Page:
Another consequence of this logic is that in a case where the husband also willfully transgresses those Aveiros mentioned in the Mishnah, his wife does not lose her Kesuvah upon her divorce. Since, when he divorces her, it is clear that he is not divorcing her because she is causing him to sin but rather he is divorcing her for some other reason, he must give her the Kesuvah -- since it is not her sinning that is at fault for the divorce (MORDECHAI quoted by HAGAHOS ASHRI 6:9).

The RAMBAM in a Teshuvah (#193) discusses a case where a woman refuses to immerse in a Mikvah and her husband knows about it and remains silent. The Rambam rules that if the husband divorces her, he is exempt from giving her the Kesuvah in order for her not to gain by sinning -- "she'Lo Yehei Choteh Niskar." It is not clear why this principle should prevent her from getting her Kesuvah; she does not receive her Kesuvah *because* she sinned, she receives it because she is getting divorced! Perhaps the Rambam is discussing a case where the husband divorces his wife at the insistence of the Chachamim (as the Rambam says in an earlier Teshuvah that a man who willfully lives with his wife who is a Nidah is put in Cherem for remaining married to her). Hence, it is indeed her sin that is causing her to be divorced, and thus she should not profit by receiving her Kesuvah. (The Mordechai and Rosh cited above might agree that she loses her Kesuvah in such a case.)

2. The RAMBAM (Hilchos Ishus 24:16) writes that even when the man chooses to remain married to her, she *loses* her Kesuvah. If the husband decides to divorce his wife for a different reason, or if he dies, she still does not receive her Kesuvah.

The Rambam reasons that the whole purpose of the Kesuvah was to discourage a husband from impulsively divorcing his wife at whim. In the case of a wife who sins and tries to cause her husband to sin, we do not care if her husband divorces her at whim. On the contrary, we would prefer that he divorce her (as mentioned in (a), above)!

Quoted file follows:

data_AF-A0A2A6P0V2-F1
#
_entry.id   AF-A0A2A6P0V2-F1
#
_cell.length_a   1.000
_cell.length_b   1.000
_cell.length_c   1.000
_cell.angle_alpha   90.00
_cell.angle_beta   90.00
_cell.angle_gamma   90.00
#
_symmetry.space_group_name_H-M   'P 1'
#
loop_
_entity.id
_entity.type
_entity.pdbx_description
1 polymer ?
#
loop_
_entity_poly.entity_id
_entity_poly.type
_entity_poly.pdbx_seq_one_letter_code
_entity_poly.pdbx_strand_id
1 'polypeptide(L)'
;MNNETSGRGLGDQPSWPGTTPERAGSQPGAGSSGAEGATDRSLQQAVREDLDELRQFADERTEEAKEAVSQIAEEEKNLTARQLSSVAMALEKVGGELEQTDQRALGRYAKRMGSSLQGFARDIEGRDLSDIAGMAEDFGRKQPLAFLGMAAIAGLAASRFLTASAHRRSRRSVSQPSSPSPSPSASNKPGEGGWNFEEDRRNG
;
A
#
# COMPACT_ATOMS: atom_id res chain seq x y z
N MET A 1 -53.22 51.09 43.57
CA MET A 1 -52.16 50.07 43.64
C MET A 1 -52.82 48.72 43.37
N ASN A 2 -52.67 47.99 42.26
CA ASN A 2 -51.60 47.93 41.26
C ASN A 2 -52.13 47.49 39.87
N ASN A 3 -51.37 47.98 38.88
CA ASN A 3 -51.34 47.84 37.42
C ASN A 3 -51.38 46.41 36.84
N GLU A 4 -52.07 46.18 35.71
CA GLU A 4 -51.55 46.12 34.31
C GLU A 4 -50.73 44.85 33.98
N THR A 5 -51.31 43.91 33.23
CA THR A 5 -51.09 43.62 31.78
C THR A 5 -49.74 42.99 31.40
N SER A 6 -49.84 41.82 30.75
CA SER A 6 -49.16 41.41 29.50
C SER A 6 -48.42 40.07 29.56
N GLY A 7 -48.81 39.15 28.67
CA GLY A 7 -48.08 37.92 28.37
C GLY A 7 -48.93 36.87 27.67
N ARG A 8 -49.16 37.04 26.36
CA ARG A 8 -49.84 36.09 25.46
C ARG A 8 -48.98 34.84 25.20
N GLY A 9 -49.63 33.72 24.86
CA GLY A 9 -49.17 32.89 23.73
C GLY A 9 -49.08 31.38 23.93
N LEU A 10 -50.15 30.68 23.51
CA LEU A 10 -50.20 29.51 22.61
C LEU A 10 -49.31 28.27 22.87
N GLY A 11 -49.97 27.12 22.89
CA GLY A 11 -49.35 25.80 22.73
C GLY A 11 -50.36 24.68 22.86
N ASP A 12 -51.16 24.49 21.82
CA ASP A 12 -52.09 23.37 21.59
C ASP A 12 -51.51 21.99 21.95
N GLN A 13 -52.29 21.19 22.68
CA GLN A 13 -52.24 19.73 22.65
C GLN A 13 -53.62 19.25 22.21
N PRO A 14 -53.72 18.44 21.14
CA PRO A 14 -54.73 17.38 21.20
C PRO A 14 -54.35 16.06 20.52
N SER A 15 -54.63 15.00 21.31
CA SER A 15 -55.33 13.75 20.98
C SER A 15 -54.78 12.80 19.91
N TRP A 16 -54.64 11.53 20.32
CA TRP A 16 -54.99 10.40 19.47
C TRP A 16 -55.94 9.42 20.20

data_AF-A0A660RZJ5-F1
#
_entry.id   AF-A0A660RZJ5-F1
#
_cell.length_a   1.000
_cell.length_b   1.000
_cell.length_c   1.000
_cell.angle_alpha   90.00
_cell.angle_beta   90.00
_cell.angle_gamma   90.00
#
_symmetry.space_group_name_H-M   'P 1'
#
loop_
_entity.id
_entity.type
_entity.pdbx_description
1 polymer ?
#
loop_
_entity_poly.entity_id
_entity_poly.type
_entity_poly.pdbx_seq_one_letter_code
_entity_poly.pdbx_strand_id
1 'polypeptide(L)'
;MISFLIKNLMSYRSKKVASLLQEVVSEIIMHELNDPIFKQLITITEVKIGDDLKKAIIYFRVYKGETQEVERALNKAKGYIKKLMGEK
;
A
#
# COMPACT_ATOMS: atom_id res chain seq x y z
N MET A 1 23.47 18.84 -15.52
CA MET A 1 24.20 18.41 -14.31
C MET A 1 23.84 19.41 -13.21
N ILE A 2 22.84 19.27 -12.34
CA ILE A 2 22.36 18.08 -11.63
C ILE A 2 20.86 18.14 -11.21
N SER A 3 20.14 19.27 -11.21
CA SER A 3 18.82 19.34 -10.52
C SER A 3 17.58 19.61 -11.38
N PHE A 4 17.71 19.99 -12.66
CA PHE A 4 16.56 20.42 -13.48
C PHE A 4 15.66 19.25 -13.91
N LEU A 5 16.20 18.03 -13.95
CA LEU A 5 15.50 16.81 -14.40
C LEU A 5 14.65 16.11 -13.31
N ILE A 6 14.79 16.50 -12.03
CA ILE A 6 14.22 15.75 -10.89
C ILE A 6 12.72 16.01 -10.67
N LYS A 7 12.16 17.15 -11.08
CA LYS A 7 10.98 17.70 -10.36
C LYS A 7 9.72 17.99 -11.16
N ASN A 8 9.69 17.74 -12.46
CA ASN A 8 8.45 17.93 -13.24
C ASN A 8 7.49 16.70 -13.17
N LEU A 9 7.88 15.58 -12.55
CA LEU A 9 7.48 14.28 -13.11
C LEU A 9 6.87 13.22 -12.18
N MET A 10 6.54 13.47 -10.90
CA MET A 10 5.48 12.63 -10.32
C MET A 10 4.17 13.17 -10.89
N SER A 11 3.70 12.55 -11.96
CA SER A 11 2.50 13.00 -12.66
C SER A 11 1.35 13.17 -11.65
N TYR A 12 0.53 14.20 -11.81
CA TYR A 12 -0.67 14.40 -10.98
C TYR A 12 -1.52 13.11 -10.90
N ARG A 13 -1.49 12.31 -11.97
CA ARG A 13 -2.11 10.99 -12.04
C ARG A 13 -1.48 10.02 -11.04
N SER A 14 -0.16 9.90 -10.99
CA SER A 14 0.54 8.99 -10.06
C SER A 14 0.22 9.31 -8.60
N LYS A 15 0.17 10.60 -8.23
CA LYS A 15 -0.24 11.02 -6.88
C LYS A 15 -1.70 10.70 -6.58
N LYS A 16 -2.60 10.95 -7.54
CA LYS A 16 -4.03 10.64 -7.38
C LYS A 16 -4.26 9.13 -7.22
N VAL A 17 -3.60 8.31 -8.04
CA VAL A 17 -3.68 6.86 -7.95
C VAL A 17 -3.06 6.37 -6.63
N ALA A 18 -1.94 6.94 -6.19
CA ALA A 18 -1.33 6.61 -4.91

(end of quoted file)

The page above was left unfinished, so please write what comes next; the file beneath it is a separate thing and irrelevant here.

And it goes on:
The RITVA writes that most Rishonim do not accept this reasoning of the Rambam, and they rule that a woman does receive her Kesuvah if the husband does not divorce her because of her sin (like the Mordechai).

HALACHAH: The SHULCHAN ARUCH (EH 115:4) rules that a man may remain married to his sinful wife if he so desires, but it is a Mitzvah to divorce her.

Regarding whether she loses her Kesuvah if he remains married to her, the Poskim (Chelkas Mechokek loc. cit., and Beis Shmuel EH 115:19) cite the Rambam who says that she *does* lose her Kesuvah.

Nowadays, however, when we do not have the power to force a man to divorce his wife, RAV MOSHE FEINSTEIN (Igros Moshe EH I:114) rules that she does not have to lose her Kesuvah even if he wants to divorce her for not following the Mitzvos, because it is up to her to willingly accept the divorce and thus she can demand from her husband any sum that she wants for the divorce -- including the sum written in the Kesuvah.

In addition, Rav Moshe writes that if the husband knew before the marriage that his wife would be lax in her observance of the Mitzvos of Das Yehudis and despite that knowledge he still married her, he showed that he accepted that flaw in her and he is obligated to give her the Kesuvah, like the Mordechai said. For this reason, he rules that if the husband did not specifically tell his wife before the marriage that he wants her to cover her hair, he cannot assume that there is a Chazakah that she will cover her hair (because many women today do not cover their hair), and thus it is as if he knew that she might not cover her hair and she does not lose her Kesuvah.